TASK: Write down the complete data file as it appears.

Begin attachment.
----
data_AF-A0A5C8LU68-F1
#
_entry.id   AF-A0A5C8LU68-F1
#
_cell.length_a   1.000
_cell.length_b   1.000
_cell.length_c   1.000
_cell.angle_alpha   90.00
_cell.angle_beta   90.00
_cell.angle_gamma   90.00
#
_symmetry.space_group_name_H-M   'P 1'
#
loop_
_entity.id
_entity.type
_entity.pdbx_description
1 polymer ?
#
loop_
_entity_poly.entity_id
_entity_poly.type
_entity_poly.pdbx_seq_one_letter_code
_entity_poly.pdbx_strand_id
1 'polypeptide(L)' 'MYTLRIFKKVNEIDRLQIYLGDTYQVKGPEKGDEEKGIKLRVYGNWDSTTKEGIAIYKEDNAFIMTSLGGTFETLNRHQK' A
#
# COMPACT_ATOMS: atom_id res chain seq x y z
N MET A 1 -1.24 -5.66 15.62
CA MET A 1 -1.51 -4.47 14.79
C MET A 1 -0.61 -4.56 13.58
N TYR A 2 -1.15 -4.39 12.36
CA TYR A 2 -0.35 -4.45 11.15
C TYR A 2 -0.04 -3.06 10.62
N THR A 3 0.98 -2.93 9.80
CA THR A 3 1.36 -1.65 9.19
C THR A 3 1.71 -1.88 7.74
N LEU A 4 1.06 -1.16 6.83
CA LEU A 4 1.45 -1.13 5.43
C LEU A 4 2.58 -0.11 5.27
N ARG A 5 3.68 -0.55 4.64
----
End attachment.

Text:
data_AF-A0A5C8LU68-F1
#
_entry.id   AF-A0A5C8LU68-F1
#
_cell.length_a   1.000
_cell.length_b   1.000
_cell.length_c   1.000
_cell.angle_alpha   90.00
_cell.angle_beta   90.00
_cell.angle_gamma   90.00
#
_symmetry.space_group_name_H-M   'P 1'
#
loop_
_entity.id
_entity.type
_entity.pdbx_description
1 polymer ?
#
loop_
_entity_poly.entity_id
_entity_poly.type
_entity_poly.pdbx_seq_one_letter_code
_entity_poly.pdbx_strand_id
1 'polypeptide(L)' 'MYTLRIFKKVNEIDRLQIYLGDTYQVKGPEKGDEEKGIKLRVYGNWDSTTKEGIAIYKEDNAFIMTSLGGTFETLNRHQK' A
#
# COMPACT_ATOMS: atom_id res chain seq x y z
N MET A 1 -1.24 -5.66 15.62
CA MET A 1 -1.51 -4.47 14.79
C MET A 1 -0.61 -4.56 13.58
N TYR A 2 -1.15 -4.39 12.36
CA TYR A 2 -0.35 -4.45 11.15
C TYR A 2 -0.04 -3.06 10.62
N THR A 3 0.98 -2.93 9.80
CA THR A 3 1.36 -1.65 9.19
C THR A 3 1.71 -1.88 7.74
N LEU A 4 1.06 -1.16 6.83
CA LEU A 4 1.45 -1.13 5.43
C LEU A 4 2.58 -0.11 5.27
N ARG A 5 3.68 -0.55 4.64